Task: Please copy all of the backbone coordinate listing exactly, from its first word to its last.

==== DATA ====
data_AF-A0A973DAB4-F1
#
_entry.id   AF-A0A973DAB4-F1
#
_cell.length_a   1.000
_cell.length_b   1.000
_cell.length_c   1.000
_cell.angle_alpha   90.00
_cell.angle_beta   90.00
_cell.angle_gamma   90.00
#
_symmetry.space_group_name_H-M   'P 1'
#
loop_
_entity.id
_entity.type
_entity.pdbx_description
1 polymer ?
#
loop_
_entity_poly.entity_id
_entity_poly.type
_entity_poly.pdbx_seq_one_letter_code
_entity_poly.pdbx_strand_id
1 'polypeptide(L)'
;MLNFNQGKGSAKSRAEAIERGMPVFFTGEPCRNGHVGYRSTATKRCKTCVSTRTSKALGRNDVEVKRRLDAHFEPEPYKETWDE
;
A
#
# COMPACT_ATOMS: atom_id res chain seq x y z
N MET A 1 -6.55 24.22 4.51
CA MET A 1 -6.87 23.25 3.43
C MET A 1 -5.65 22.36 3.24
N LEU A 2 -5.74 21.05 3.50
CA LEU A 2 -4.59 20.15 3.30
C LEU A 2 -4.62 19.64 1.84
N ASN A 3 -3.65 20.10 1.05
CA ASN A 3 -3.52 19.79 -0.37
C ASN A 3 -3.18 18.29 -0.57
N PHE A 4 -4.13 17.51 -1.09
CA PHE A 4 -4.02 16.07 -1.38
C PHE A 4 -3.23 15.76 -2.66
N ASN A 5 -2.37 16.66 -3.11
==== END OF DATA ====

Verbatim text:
data_AF-A0A973DAB4-F1
#
_entry.id   AF-A0A973DAB4-F1
#
_cell.length_a   1.000
_cell.length_b   1.000
_cell.length_c   1.000
_cell.angle_alpha   90.00
_cell.angle_beta   90.00
_cell.angle_gamma   90.00
#
_symmetry.space_group_name_H-M   'P 1'
#
loop_
_entity.id
_entity.type
_entity.pdbx_description
1 polymer ?
#
loop_
_entity_poly.entity_id
_entity_poly.type
_entity_poly.pdbx_seq_one_letter_code
_entity_poly.pdbx_strand_id
1 'polypeptide(L)'
;MLNFNQGKGSAKSRAEAIERGMPVFFTGEPCRNGHVGYRSTATKRCKTCVSTRTSKALGRNDVEVKRRLDAHFEPEPYKETWDE
;
A
#
# COMPACT_ATOMS: atom_id res chain seq x y z
N MET A 1 -6.55 24.22 4.51
CA MET A 1 -6.87 23.25 3.43
C MET A 1 -5.65 22.36 3.24
N LEU A 2 -5.74 21.05 3.50
CA LEU A 2 -4.59 20.15 3.30
C LEU A 2 -4.62 19.64 1.84
N ASN A 3 -3.65 20.10 1.05
CA ASN A 3 -3.52 19.79 -0.37
C ASN A 3 -3.18 18.29 -0.57
N PHE A 4 -4.13 17.51 -1.09
CA PHE A 4 -4.02 16.07 -1.38
C PHE A 4 -3.23 15.76 -2.66
N ASN A 5 -2.37 16.66 -3.11